function send_data() {
             var kw = {
                     url : "/chat/post",
                     form : "theform"
             return false;
  2. Receives new messages from the server using long poll via XHR:

     var message_count = 0;
     function read_data() {
             dojo.xhrGet( {
                     url: "/chat/get/" + message_count,
                     timeout: 120000,
                     handleAs: "text",
                     load: function(response, ioArgs) {
                             dojo.byId("messages").innerHTML =
                                     + '<br/>'
                                     + dojo.byId("messages").innerHTML;
                             return response;
                     error: function(response,ioArgs) {
                             return response;

So, the client side is quite simple (however error handling should be quite better).

Server Side

First we create our long running asynchronous application, that receives two kinds for requests: "/post" -- with new data, and "/get/NN" -- receive message nuber NN, we assign these calls to two member functions post and get.

class chat : public cppcms::application {
    chat(cppcms::service &srv) : cppcms::application(srv)

Now, this class includes two data members:

    std::vector<std::string> messages_;
    std::vector<cppcms::intrusive_ptr<cppcms::http::context> > waiters_;

The history of all chat messages -- messages_ and all pending get requests that can't be satisfied, because the message still not exists -- waiters_

Each, "waiter" is actually pointer to request/response context that can be used for message transport.

Now, when new message arrives, post member function is called:

void post()
    if(request().request_method()=="POST") {
        if(request().post().find("message")!=request().post().end()) {

If the requested message was found, it is added to messages_ list and all waiters are notified using broadcast() member function.

At the end, the current request context is released and completed.

The broadcasting is done as following:

void broadcast()
    for(unsigned i=0;i<waiters_.size();i++) {
        waiters_[i]->response().out() << messages_.back();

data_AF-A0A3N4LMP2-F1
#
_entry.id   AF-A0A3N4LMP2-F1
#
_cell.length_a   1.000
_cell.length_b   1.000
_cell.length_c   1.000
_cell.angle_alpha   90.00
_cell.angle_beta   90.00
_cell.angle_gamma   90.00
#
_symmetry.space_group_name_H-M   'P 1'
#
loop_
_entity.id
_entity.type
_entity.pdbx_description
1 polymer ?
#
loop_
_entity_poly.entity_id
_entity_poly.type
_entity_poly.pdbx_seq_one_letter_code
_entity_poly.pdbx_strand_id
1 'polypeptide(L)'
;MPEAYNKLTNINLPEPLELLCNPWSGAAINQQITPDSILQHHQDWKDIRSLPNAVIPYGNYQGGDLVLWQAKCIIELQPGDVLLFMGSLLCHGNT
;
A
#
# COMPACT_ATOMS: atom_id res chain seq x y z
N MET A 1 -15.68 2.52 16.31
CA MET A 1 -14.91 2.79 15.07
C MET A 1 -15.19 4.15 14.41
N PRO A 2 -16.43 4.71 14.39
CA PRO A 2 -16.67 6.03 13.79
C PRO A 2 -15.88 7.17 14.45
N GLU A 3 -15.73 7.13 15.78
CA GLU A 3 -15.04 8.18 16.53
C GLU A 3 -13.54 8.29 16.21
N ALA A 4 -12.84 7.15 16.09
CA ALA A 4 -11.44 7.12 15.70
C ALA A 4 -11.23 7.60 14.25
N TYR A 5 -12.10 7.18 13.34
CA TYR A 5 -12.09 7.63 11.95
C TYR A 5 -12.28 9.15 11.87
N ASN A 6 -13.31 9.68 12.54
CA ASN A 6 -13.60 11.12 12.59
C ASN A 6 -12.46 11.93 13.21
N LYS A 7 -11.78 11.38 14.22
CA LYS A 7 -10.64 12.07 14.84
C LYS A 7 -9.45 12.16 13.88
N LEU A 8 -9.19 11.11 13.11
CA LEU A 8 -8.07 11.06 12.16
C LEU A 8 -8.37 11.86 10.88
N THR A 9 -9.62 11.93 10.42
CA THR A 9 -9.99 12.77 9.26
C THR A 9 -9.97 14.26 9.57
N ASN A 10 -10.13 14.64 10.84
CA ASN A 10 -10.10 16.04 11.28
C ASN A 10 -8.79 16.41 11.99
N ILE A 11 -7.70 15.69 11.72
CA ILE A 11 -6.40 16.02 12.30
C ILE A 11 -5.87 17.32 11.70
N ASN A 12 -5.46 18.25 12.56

For each pending request the last message is written and the request closed. After that, all pending request are cleaned.

When get request arrives, it is handled by get(std::string no) member function, first of all we check if requested message exists, if so we just return it to user.

unsigned pos=atoi(no.c_str());
if(pos < messages_.size()) {

Otherwise, if the requested message is the last one, that does not exists, we add the request context to pending list waiters

else if(pos == messages_.size()) {

If requested message it too late -- probably client error, we just set status to "404 Not Found" and return the response.

else {

No, all we need to do is to add application to the main running loop under script name "/char" and start the service.

cppcms::service service(argc,argv);
cppcms::intrusive_ptr<chat> app=new chat(service);


So, the simple chat service was written with about 50 lines of C++ code and about same amount of JavaScript code.

I must admit, that it is too simplistic and not efficient, for example: if new client connects it receives all messages one by one and not as bulk (can be easily fixed), I do not handle timeouts and disconnects. But the general idea is quite clear:

This is actually a base for future development of tools like XML-RPC and JSON-RPC that allow client to call asynchronously server side objects, it can be used for implementation of any other Comet protocols.